Module finding and pathways analysis
The ACs vs normal network clustering was implemented using the fast unfolding clustering algorithm in Gephi (0.9.2) [2, 28, 29]. The biologically meaningful modules were then chosen. The networks and modules were visualized by Cytoscape (3.7.1). To find the meaningful pathways in which hub genes are involved, g:Profiler web tool (version: 1185_e69_eg16) was employed . The overall expressed gene lists for each group were considered as the background. Ten top pathway terms with higher P-value were selected for further interpretations.
Patient population and sample collection
The blood samples were collected from eight patients with ACs, eight patients with HAM/TSP, and eight normal samples who referred to the neurology department of Ghaem Hospital, Mashhad University of Medical Sciences (MUMS). All specimens were collected after acquiring informed consent from the patient’s guardians. Two trained neurologists affirmed the diagnosis of HAM/TSP according to WHO criteria. All contributors had seropositive test for HTLV-1 by enzyme-linked immunosorbent assay (ELISA, Diapro, Italy). The results of serology were confirmed by PCR . The participants had no history of treatment with IFNs. This study was approved by the Ethics Committee of Biomedical Research at TUMS (IR.TUMS.SPH.REC.1396.242).
Flow cytometry analysis
To determine T helper and cytotoxic cells populations in HAM/TSP, ACs and normal groups; PerCP anti CD3 antibody (bio legend company cat no: 344813), Phicoerythrin (PE) anti CD4 antibody (bio legend company cat no: 317409) and PE anti CD8 antibody (bio legend company cat no: 301007) were used. Fresh peripheral blood samples were treated by lysis buffer for destroying the red blood cells and platelets. Samples were analyzed on a FACS caliber Becton Dichinson. All analyses were done in the lymphocyte gate.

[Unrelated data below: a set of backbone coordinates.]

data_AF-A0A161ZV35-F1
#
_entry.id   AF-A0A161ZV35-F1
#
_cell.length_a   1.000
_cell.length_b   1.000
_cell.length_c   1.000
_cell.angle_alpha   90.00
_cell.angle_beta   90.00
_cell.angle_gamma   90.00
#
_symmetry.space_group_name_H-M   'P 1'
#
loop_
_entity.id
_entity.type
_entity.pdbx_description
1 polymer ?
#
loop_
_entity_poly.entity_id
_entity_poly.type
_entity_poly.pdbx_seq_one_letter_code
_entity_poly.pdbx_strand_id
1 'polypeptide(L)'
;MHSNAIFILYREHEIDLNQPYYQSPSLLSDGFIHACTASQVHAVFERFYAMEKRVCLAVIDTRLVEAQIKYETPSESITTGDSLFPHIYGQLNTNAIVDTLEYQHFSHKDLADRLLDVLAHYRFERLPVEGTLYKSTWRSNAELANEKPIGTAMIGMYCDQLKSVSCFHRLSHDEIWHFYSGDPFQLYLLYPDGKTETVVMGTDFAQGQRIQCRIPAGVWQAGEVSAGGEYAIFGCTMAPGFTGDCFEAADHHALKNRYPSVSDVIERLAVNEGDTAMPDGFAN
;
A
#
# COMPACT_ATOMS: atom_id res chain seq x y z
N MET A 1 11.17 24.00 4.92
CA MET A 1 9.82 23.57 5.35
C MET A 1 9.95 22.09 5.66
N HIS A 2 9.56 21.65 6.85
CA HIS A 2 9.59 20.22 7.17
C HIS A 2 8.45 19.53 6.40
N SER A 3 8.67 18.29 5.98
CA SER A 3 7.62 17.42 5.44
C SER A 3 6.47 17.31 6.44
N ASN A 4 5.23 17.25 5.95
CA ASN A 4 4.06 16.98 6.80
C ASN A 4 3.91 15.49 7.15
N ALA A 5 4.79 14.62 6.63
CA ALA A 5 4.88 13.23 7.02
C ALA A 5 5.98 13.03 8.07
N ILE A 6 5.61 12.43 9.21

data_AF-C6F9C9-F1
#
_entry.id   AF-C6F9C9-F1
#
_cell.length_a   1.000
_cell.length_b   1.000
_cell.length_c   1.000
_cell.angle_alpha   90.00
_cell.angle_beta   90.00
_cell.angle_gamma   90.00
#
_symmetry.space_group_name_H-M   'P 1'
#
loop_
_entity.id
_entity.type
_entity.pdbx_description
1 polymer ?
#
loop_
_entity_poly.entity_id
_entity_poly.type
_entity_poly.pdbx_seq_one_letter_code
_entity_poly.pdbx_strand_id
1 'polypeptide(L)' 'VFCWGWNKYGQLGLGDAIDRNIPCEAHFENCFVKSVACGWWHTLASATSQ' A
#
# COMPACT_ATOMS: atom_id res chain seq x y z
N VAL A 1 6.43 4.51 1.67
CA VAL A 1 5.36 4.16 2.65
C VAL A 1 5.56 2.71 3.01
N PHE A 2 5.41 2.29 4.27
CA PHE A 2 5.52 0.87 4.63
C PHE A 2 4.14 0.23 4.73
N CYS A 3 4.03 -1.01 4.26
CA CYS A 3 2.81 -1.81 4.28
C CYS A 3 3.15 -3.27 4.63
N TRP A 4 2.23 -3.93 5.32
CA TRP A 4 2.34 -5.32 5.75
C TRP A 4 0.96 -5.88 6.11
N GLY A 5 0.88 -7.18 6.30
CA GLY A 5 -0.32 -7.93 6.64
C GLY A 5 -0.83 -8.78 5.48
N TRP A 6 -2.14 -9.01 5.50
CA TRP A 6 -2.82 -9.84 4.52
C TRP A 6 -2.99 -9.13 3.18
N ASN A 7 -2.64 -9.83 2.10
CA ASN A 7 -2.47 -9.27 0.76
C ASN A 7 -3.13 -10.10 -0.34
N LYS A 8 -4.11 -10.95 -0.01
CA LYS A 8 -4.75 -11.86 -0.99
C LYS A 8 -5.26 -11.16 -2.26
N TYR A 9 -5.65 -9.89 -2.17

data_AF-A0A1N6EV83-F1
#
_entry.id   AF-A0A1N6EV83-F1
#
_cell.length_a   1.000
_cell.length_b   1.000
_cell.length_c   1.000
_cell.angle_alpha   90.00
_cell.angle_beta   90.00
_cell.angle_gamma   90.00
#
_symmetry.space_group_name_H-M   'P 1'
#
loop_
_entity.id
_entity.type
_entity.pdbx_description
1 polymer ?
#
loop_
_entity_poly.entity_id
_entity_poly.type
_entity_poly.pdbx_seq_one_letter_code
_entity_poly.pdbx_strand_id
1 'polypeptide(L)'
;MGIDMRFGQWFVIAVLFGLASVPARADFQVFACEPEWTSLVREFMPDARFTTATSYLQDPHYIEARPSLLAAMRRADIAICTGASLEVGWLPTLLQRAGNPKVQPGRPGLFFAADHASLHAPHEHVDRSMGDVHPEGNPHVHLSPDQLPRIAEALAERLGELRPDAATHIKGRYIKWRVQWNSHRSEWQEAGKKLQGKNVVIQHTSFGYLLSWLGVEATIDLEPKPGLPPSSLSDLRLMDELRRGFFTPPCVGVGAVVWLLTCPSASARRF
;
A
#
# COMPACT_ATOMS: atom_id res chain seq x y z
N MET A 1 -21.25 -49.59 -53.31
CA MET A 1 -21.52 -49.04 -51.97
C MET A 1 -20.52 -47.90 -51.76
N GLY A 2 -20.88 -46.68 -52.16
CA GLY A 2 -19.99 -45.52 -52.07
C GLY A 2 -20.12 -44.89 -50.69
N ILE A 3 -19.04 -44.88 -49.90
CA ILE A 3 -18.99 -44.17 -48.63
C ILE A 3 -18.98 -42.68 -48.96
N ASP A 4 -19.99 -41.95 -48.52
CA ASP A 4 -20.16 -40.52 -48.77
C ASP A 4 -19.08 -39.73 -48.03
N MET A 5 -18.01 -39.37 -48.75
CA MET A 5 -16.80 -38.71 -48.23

HTLV-1 proviral Load
Peripheral blood mononuclear cells (PBMCs) were isolated from EDTA-treated blood samples using Ficoll density gradient medium (Cedarlane, Hornsby, ON, Canada). The commercial blood mini kit (Qiagen, Germany) was applied to extract DNA from PBMCs. In order to measure the PVL of HTLV-I in PBMCs, a real-time PCR using a commercial real-time-based absolute quantification kit (HTLV-1 RG; Novin Gene, Karaj, Iran) was performed .
Quantitative real-time PCR